Yesterday I was on my way to giving a 2-hour lecture at The University At Which I Am A Visiting Research Fellow on ... well, I won't say, but see Theory #3 again.  I had some last minute prep to do, but it was a gorgeous sunny day and so decided to tackle said work whilst eating outside at a brand-spanking new, very hip café not far from the campus. Before taking a seat in sunshine, I went inside to ask if they had English menus. The owners (a lovely, sweet woman and her son -- very handsome, tall, about my age or a bit older, from this part of the world and therefore exuding that lovely and mysterious foreign je ne sais quoi -- you know what I mean, ladies) explained that they were still working on a translation of their menu into English.  The son then talked me through their entire list of offerings, made excellent suggestions and helped me place my order all the while being adorable and flirtatious (even with his mother smiling at us from the corner -- gotta love that confidence).  I asked if carrot juice was on the menu, and he said no but he'd make a fresh glass for me anyway.

During the meal the mother came outside and chatted with me a little.  Wise businesswoman. She told me a bit about how her son had lived in America for a while, and when she asked what I was working on and I told her, she smiled and said: "Wow! A woman like you, so young? That's really amazing!" (To which I responded, in my head: "I know! Tell your son!")

When I'd finished devouring the extremely fine meal, I packed up my nerdy academic-ie things and headed back inside the little café to settle the bill. As I stood there shamelessly flirting with both the mother and son (let's be honest, you gotta win over Mom), that warm bloom of confidence began to build up inside me -- the kind of confidence that unfailingly leads to my doing something awkward, and probably involving limb flailing.  Sure enough, as I handed over the money I knocked over the son's full glass bottle of Coca Cola, which then splashed its contents onto the mother's mint-green cardigan and trickled down into the cracks between the brand-new counter and the brand-new shelves and soaked into the brand-new decorative upholstery pastry board before crashing to the floor.

I froze, mortified. The mother said repeatedly, "Don't worry! Don't be embarrassed!" while I proceeded to do both those things.  I didn't even collect my change -- dashed out of the café and across the street, and then had to stand there in full view of the café and its patrons and - most crucially - in the line of sight of both mother and son - while I waited a full 13 minutes for the No. 7 bus to whisk me off to the university.  I tried burying my face in the book I was reading, but I'm pretty sure they could still see me from across the street.

Oh, and guess what?  Tall, handsome, dark foreign entrepreneur with excellent maternal relationship did not, in fact, ask me out on a date.

It was such good food, too. That part I really lament.  When is an acceptable time for me to revisit the café? Because even if I ain't getting a date, I sure as speckled robins' eggs ain't gonna forsake good food on account of my klutziness.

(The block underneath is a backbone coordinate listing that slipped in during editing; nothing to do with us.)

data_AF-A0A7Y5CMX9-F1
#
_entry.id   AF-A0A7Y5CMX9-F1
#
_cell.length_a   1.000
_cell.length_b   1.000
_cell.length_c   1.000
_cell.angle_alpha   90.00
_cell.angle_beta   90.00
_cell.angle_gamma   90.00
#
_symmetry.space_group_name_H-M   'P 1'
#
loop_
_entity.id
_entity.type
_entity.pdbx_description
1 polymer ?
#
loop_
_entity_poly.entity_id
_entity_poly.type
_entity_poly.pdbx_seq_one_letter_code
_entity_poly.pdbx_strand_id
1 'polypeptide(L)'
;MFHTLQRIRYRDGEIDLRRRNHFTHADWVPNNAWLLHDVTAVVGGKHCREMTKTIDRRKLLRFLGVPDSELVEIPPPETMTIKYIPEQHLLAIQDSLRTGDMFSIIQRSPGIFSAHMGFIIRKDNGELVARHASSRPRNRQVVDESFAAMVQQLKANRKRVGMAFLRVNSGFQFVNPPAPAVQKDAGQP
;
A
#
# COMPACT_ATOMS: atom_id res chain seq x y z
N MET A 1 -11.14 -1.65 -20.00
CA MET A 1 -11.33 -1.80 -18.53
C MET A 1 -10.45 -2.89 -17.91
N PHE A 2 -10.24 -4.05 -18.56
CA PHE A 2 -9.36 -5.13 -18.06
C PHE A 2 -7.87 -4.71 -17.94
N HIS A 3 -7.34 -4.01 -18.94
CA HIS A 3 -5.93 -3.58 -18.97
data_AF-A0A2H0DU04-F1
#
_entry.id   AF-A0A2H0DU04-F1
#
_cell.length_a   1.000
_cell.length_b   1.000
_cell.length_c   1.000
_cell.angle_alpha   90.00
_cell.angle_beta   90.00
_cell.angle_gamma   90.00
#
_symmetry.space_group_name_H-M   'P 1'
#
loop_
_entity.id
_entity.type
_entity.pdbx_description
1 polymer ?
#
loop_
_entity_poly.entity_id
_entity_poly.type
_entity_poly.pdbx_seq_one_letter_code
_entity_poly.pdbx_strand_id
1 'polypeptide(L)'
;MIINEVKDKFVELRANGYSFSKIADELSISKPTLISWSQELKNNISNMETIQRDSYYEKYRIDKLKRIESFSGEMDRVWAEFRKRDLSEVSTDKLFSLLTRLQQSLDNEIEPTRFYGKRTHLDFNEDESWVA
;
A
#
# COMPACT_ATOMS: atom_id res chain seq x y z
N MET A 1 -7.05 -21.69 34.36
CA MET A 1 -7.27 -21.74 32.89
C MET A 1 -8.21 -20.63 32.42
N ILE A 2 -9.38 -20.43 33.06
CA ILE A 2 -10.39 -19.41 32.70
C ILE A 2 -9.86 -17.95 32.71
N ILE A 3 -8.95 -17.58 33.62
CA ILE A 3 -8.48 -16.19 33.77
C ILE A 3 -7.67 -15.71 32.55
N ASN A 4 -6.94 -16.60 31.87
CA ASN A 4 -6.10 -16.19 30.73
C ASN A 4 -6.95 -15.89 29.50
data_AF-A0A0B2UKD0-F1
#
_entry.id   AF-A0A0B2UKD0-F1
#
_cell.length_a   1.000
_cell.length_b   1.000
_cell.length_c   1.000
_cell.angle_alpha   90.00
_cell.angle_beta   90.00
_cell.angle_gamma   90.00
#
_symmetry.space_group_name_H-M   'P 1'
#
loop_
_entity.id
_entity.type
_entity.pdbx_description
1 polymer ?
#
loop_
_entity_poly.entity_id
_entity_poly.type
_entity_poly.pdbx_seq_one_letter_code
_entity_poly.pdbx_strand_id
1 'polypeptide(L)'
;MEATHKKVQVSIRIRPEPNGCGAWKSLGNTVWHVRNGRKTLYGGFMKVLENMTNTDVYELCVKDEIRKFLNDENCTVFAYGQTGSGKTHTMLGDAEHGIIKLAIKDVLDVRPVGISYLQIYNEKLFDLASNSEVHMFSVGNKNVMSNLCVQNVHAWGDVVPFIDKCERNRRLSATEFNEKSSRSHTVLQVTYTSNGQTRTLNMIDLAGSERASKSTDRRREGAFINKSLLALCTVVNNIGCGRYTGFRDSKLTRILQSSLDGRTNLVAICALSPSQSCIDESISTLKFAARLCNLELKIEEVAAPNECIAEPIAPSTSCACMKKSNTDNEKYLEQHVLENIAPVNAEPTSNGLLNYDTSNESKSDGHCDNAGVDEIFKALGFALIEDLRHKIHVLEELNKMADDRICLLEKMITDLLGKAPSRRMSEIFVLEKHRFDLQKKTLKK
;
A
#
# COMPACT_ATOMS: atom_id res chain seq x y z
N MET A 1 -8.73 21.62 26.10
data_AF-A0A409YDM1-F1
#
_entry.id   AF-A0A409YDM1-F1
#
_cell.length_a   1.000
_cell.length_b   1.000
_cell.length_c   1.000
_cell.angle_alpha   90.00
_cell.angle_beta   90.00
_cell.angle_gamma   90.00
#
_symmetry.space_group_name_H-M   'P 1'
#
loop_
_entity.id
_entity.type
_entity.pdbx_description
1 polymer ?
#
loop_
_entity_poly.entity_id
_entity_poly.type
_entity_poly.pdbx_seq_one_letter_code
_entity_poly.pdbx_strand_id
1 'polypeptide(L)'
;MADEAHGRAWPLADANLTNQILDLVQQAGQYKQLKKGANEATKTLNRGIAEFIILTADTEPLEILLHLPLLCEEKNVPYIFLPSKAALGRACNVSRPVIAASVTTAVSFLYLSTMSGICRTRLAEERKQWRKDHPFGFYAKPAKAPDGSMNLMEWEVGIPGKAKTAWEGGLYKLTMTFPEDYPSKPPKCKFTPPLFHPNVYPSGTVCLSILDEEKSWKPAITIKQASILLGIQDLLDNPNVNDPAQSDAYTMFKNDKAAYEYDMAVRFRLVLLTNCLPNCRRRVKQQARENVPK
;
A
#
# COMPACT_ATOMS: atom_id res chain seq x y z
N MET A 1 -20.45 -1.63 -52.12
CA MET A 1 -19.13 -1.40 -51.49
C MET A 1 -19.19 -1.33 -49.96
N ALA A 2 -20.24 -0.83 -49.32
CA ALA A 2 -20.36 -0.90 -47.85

Theory #3: My Uncontrollable, Frequent Self-Exposure as ÜberNerd is Not As Winsome As I Think

More on this later.  Oh, so much more...


Tuesday, March 18, 2014

The note I never wanted to write

I have a tendency, I fear, to blog only when I'm riled up about something, or upset about something.  This probably gives the impression that things are worse than they are, when in fact so much of life simply consists of putting one foot in front of the other and simply doing one's work, with perhaps a little irritation that requires blogging thrown in on the side.  But every once in a while, the floor drops out.

I mentioned R a few months ago.  Pancreatic cancer is doing what pancreatic cancer does, and today my colleagues and I found out that she's been admitted to hospice.  We were asked to write her notes.

I don't want to.

I don't want to say goodbye to a young woman, a bright woman, a marvelous teacher, a tenacious and fierce scholar, a wise and gracious mentor.

I don't want to write a note.  Simply saying "thank you" seems totally inadequate, and I can't figure how I could possibly say goodbye.  

But not writing a note is a thousand times worse than writing a note.  And of course, I see the irrelevancy of saying that I don't want to do it; what I want to do or don't want to do has exactly no bearing on reality.  None.

Nine years ago, I lost another mentor, another kind, ferociously intelligent, savvy woman.  The world is immeasurably poorer for her loss, and I think of her often.  She died in the springtime.  I have a vivid memory of walking to the train on my morning commute when she was ill, passing through a grim development of Communist-inspired apartment blocks, thinking in time with every clack of my heels on the sidewalk, "I don't want to.  I don't want to."  There was an enormous old cherry tree in the middle of the buildings, and its blooms were the most audaciously beautiful thing I had ever seen, this bright splash of life and beauty in the middle of the grimness.  I was struck by the sheer nerve of the thing to bloom, to have so much gratuitous beauty, when someone I loved was suffering and dying.  But yet there it was, waving branches and spilling blossoms like the living thing it was.  When I think of her now, I think of the tree.  I didn't want to do any of it--the grief, the loss, the pain, the beauty, the polite conversations at a funeral--but not doing it would have been a worse choice.

And so much of life seems to be doing what we don't want to do.

I'm going to write a note.

Saturday, March 8, 2014

International Women's Day

Thoughts on International Women's Day from Friend Of This Blog C:

May we one day not only hold half the sky, but half the wealth, the board room jobs, the parliamentary seats... and hold only half the violence statistics.
 

Thursday, February 27, 2014

Hunh? (Faculty Edition)

I have had these conversations about my appearance this week:

Faculty Person 1: "That's a nice dress.  In fact, that color actually looks GOOD on you!"

Me (in tasteful --- albeit very green --- dress): "Thank you."

I am pretty sure that this person was trying to compliment me, but the shock and awe in the tone of voice undermined that intention a bit.


Faculty Person 2: "Even in the twenty-first century, a young female theologian should look non-threatening... and be wearing rather less lipstick than your good self!"

Me (in black turtleneck and grey slacks, with a swipe of a color called "pure red" on the lips): "Well, fortunately I'm not a theologian!"

And I am pretty sure that this person has, as my father would say, all the social skills of a charging water buffalo.  But really?  Really, folks, is this the best we can do?